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» Jimmy Reed, Emancipator of the South: An Oral History
Jimmy Reed, Emancipator of the South: An Oral History
BY JOE NICK PATOSKI
Summer 2000, Issue No. 42
begins with the discovery of a black-and-white photograph dated 1961.
The setting is Walker's Auditorium, a chitlin' circuit showcase for touring
black musicians in Waco, Texas, the same city where a black man named
Washington Jess had been lynched 45 years earlier. In the center of the
shot is the performing artist Jimmy Reed, dressed to the nines in a shiny
cream-colored suit with black lapels and a black low tie, strumming a
guitar and looking back at the photographer beaming a wide-open smile,
a pure expression of some kind of ecstasy, wiggling a hip, the fingers
of his left hand contorting to make a chord on the fret board while his
right hand works the strings below, stroking.
the foreground are the head and shoulders of another black man in a dark
suit, looking off to the side, a guy in the band you can't see well enough
to identify. Over Reed's left shoulder in the background is a second black
man, in a white short-sleeved shirt, holding what appears to be another
guitar. It may or may not be Eddie Taylor or A.C. Reed, two of Jimmy Reed's
sidemen, but it really doesn't matter.
the scene beyond the two microphones set up on the lip of the small stage
that counts: a sea of young white faces, most of them clustered around
the stage watching, others dancing, all eyes fixed on Jimmy Reed. Most
all of them are males, though you can see a couple of young women among
them brazenly walking the wild side. One college-aged gentleman clutches
a can of Lone Star beer, his brow furrowed, concentrating hard, really
hard, as if trying to understand what it all means, working at getting
into the groove. The burr-headed man next to him is bent down low towards
the ground, face relaxed, lost in a dream. He already knows.
the stage are two boys in matching white shirts and dark ties, both resting
left arms on left knees propped up on the stage, paying very close attention.
The image leaves the impression that it's still early, but by midnight,
no more three hours after the moment was captured by the photograph, everyone
in the picture will be foaming-at-the-mouth, stark-raving mad, flat-on-their-ass
shit-faced drunk, Jimmy Reed included.
the more I look at the photograph, the more I see Jimmy Reed the liberator,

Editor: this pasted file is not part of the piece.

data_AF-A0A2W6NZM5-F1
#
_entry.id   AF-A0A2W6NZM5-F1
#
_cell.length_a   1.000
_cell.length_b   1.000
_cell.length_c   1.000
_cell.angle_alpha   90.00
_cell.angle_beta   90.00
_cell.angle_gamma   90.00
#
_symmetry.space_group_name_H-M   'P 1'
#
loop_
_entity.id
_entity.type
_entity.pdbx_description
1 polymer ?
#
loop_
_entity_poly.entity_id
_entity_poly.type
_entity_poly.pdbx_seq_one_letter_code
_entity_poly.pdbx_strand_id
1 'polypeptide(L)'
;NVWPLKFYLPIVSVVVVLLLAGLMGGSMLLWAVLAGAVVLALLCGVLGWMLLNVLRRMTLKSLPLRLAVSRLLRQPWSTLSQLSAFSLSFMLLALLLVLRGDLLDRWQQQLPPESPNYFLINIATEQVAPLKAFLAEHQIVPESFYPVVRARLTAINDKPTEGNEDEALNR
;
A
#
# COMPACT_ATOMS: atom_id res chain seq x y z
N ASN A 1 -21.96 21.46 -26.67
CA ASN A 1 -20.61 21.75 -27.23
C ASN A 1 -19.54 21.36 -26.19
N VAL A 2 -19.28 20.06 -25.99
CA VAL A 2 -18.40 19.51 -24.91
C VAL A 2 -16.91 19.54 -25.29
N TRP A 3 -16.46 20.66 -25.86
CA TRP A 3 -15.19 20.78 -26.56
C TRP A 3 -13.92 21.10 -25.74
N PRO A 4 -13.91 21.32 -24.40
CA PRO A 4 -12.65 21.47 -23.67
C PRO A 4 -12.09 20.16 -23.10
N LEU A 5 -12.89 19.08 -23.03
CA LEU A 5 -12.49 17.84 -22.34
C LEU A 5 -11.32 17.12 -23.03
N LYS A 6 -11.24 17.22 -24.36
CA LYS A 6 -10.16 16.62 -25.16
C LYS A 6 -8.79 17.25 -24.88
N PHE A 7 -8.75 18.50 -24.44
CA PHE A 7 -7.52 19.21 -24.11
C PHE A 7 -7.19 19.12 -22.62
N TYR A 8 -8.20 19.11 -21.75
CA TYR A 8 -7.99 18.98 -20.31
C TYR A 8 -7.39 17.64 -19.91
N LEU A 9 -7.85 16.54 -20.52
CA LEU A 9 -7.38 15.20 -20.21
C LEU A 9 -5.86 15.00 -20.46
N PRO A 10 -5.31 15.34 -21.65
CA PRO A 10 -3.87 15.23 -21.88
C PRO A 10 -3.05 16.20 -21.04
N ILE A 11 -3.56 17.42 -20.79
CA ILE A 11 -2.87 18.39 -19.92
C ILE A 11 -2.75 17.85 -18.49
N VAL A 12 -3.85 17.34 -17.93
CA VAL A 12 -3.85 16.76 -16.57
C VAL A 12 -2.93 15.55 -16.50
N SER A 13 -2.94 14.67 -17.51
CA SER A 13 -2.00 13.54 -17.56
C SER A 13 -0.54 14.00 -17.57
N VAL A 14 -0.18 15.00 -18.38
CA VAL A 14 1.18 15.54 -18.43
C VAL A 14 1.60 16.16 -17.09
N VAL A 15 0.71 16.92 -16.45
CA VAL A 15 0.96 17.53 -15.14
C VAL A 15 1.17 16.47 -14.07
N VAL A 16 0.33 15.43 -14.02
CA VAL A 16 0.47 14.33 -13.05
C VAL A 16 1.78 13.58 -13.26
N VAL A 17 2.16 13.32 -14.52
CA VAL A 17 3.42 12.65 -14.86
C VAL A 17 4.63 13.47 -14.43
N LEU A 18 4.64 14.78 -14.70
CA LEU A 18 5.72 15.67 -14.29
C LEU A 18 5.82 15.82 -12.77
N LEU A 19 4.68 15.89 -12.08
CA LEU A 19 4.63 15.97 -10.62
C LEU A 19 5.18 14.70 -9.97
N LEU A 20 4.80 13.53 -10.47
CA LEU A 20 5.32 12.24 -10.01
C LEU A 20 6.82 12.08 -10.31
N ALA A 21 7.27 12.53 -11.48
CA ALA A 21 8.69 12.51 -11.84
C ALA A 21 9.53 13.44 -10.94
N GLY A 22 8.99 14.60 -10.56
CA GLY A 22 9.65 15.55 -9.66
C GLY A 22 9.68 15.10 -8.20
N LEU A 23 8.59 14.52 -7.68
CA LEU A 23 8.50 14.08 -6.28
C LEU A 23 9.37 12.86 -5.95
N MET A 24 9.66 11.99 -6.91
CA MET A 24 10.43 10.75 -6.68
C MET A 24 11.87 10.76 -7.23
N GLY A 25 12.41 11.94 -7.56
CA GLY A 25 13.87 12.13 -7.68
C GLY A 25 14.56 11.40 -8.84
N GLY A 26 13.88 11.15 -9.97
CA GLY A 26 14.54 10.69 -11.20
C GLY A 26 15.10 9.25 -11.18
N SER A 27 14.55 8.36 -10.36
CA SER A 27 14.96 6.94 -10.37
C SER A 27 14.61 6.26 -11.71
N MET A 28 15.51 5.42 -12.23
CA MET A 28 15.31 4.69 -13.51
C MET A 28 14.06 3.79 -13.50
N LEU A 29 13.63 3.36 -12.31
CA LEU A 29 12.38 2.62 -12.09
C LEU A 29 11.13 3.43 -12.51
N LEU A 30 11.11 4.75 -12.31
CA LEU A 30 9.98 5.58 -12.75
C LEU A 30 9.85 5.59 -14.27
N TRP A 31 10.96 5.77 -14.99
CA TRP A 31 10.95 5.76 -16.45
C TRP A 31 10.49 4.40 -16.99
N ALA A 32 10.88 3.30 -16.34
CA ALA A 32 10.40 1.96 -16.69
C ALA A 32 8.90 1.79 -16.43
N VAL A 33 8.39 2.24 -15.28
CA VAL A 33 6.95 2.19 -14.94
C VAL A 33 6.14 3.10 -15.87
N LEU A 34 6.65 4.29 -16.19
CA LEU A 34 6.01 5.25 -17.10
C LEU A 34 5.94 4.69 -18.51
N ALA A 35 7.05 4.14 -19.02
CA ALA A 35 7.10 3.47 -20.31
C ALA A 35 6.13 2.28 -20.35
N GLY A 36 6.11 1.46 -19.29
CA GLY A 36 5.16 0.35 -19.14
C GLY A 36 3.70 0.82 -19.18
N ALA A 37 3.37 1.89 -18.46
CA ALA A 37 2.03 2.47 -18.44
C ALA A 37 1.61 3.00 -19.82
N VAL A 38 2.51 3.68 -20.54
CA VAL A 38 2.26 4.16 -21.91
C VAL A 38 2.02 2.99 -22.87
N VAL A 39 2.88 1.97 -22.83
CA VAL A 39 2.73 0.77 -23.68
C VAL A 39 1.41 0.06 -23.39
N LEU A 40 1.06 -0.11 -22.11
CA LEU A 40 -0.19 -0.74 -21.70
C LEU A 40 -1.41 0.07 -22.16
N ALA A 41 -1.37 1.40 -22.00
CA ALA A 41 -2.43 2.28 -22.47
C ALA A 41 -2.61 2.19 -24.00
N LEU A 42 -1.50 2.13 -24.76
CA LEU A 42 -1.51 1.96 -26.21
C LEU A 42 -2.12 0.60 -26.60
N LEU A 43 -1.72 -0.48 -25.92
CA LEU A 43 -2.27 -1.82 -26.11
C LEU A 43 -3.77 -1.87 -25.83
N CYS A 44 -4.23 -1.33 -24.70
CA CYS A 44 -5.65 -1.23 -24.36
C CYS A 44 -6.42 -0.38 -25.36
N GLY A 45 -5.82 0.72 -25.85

as well as Jimmy Reed the showman. I'm not certain, but I'm almost absolutely
positive that without Jimmy Reed, the integration of the South would have
been even far more contentious and difficult fight. By attracting and
emancipating white southern youth in the late fifties and early sixties
through music and alcohol and the fine art of having a good time, he set
the stage for Martin Luther King. Laws legislating change in the wake
of the societal crossover that was in play at the time within the realm
of entertainment, thanks to Jimmy Reed and his peers. The message may
have been one of pure pleasure with a subtext of celebrating being yourself
(Jimmy Reed couldn't have put on an act if he wanted to). The effect was
far more reaching.
sought out five white musicians who were my elders when it came to learning
about blues in the first place, to find out whether that's was the way
it really was.
tell you, I know exactly where I was the first time I heard a Jimmy Reed
song. I was in Fort Worth, over on the south side, I can't remember what
intersection, when "Honest I Do" came on the radio. I was in the car with
about three other guys and I just went apeshit --especially at
the big cymbal crash. It wasn't but a few weeks later we were playing
Blue Monday out at the Skyliner Ballroom [on the infamous Jacksboro Highway,
the sin strip of Texas], Jimmy Levens [the star black disc jockey on KNOK-AM]
always booked us out there. He booked all those shows. Blue Monday was
when blacks had the Skyliner [the rest of the week the only blacks in
the house were the performers and the hired help] and Jimmy would always
put shows on out there.
On this particular night, Red Prysock was out there playing, and I don't
know who all. We played out there a lot, a lot of times played with Bobby
Blue Bland, Junior Parker, you know, in fact I think they were there that
night. But we were out there, we played on our own [with his band, the
Straitjackets], so we got to stay and watch the whole show, sat right